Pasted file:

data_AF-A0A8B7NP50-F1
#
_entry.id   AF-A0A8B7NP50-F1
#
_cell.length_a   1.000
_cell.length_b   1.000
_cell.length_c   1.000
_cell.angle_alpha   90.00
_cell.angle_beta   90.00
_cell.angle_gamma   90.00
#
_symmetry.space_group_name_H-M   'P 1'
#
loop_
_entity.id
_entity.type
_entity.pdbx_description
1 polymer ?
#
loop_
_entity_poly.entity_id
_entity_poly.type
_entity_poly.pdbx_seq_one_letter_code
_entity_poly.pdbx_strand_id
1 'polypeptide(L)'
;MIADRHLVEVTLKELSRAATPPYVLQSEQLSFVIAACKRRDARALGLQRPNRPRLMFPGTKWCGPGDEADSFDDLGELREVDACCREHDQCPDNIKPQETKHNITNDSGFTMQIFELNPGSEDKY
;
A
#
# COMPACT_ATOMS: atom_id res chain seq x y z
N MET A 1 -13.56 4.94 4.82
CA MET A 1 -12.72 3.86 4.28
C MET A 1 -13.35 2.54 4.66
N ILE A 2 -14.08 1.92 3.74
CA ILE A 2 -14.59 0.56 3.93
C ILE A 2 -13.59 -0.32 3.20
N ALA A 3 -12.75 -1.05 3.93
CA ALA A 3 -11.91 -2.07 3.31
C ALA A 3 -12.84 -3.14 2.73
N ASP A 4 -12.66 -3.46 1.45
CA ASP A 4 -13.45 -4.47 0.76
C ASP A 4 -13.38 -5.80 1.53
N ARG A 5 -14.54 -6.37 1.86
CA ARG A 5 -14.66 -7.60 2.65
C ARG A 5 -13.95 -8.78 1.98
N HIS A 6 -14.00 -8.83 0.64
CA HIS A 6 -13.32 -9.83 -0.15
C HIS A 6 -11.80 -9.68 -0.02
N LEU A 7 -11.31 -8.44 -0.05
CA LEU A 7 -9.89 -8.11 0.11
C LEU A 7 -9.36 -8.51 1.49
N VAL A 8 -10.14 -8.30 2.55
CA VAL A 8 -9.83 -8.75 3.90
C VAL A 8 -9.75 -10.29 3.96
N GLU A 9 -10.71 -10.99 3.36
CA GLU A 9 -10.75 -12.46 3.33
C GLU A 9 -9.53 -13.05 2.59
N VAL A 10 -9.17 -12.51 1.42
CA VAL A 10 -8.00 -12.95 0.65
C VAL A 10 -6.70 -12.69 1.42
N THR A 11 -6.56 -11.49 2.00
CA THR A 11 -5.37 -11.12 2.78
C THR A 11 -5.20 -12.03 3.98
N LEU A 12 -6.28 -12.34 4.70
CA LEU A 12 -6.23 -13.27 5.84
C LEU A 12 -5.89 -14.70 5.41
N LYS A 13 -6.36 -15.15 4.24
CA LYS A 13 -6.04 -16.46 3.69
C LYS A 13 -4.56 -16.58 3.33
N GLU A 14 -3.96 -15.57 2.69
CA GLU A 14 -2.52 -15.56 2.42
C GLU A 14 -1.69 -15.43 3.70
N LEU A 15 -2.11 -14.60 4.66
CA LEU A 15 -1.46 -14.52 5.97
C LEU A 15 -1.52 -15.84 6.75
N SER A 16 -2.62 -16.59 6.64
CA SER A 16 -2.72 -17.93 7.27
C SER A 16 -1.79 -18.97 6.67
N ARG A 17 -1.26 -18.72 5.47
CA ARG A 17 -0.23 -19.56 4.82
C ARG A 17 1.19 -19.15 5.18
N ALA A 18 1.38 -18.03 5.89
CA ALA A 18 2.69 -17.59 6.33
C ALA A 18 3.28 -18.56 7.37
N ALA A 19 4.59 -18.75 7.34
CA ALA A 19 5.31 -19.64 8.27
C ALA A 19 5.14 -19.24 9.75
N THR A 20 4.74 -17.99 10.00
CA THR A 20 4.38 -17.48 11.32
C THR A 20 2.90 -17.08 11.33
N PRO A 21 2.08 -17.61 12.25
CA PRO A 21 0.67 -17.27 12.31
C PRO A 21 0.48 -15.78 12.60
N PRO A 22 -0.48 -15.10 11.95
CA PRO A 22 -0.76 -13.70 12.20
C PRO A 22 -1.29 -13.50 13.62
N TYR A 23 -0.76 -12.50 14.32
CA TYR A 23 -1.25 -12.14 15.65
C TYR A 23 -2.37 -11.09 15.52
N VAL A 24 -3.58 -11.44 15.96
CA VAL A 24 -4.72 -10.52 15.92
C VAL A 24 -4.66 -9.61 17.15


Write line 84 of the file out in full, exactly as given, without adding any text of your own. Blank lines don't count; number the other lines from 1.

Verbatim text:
C ALA A 18 3.28 -18.56 7.37